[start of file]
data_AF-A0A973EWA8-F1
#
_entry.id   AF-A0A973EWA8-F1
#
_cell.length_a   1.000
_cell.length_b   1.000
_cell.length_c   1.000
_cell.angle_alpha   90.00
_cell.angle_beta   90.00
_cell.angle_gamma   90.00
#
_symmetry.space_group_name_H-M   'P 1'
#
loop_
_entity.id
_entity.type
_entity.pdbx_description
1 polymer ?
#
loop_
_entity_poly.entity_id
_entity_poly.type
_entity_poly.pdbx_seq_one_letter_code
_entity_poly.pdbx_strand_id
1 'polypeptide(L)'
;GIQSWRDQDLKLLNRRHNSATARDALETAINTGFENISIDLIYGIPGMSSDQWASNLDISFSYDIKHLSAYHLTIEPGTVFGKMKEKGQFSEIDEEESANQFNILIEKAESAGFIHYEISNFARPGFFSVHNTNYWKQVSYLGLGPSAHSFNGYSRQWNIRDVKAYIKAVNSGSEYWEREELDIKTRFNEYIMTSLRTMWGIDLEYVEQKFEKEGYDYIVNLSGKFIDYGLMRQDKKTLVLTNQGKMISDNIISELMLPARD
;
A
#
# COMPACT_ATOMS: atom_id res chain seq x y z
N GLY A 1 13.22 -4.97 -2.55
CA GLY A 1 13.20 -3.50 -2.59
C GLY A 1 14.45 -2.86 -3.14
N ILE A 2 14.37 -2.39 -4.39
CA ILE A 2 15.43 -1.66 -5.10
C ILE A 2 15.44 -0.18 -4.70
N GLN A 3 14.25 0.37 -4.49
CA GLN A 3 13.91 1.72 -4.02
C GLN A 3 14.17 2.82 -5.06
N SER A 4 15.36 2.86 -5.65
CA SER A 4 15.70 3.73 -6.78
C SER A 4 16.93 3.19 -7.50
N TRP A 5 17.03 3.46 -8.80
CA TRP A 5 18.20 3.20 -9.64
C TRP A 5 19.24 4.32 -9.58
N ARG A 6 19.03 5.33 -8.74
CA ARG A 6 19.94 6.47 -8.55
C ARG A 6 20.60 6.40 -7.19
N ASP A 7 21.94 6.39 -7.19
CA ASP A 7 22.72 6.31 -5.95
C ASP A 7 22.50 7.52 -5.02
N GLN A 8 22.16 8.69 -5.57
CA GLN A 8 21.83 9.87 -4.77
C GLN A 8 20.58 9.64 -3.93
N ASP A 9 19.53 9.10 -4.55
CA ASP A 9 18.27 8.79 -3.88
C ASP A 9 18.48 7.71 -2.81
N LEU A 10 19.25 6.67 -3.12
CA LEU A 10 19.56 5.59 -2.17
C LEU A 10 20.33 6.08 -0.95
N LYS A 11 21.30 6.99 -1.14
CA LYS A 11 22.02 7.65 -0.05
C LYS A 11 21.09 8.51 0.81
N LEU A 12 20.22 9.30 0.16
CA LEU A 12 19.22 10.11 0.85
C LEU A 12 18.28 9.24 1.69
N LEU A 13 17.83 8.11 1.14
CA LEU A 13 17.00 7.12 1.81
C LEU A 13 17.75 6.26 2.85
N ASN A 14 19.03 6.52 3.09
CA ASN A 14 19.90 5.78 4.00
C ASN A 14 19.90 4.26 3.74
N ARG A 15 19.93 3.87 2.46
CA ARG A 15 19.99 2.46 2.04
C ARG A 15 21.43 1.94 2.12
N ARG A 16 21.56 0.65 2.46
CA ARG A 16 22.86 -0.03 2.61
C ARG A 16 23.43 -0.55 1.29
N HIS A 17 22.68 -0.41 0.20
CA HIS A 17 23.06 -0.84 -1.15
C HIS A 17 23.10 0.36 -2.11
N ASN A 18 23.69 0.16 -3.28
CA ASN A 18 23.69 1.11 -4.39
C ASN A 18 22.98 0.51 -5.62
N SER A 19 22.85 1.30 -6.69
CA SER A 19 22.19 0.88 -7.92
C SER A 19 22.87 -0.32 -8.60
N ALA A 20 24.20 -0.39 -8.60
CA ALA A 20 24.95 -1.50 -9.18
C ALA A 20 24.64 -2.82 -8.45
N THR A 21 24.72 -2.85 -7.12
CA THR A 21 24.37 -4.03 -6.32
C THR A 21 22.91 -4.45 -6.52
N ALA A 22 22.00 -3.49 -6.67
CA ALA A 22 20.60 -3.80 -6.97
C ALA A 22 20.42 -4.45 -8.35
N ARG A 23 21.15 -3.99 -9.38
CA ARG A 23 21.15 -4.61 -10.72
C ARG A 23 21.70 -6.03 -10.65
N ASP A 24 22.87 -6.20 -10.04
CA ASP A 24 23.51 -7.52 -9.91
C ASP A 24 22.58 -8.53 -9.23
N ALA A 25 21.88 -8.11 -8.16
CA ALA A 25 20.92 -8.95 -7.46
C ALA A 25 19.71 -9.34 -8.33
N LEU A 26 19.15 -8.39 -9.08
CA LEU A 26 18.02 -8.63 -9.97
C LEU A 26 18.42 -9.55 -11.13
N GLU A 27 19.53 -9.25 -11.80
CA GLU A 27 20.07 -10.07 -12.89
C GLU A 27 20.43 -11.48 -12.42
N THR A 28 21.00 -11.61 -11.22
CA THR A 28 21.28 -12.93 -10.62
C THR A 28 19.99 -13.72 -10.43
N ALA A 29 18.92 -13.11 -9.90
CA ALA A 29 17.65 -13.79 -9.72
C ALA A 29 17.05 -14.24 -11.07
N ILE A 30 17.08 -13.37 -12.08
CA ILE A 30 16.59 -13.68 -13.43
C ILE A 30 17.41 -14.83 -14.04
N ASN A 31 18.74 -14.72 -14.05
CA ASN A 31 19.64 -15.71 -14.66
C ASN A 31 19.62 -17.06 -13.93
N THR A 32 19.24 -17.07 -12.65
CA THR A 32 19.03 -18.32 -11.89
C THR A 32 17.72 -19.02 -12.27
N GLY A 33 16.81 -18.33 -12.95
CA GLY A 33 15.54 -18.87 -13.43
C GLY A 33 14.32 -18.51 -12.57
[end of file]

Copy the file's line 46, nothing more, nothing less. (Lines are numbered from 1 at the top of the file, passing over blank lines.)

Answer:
N ARG A 6 19.03 5.33 -8.74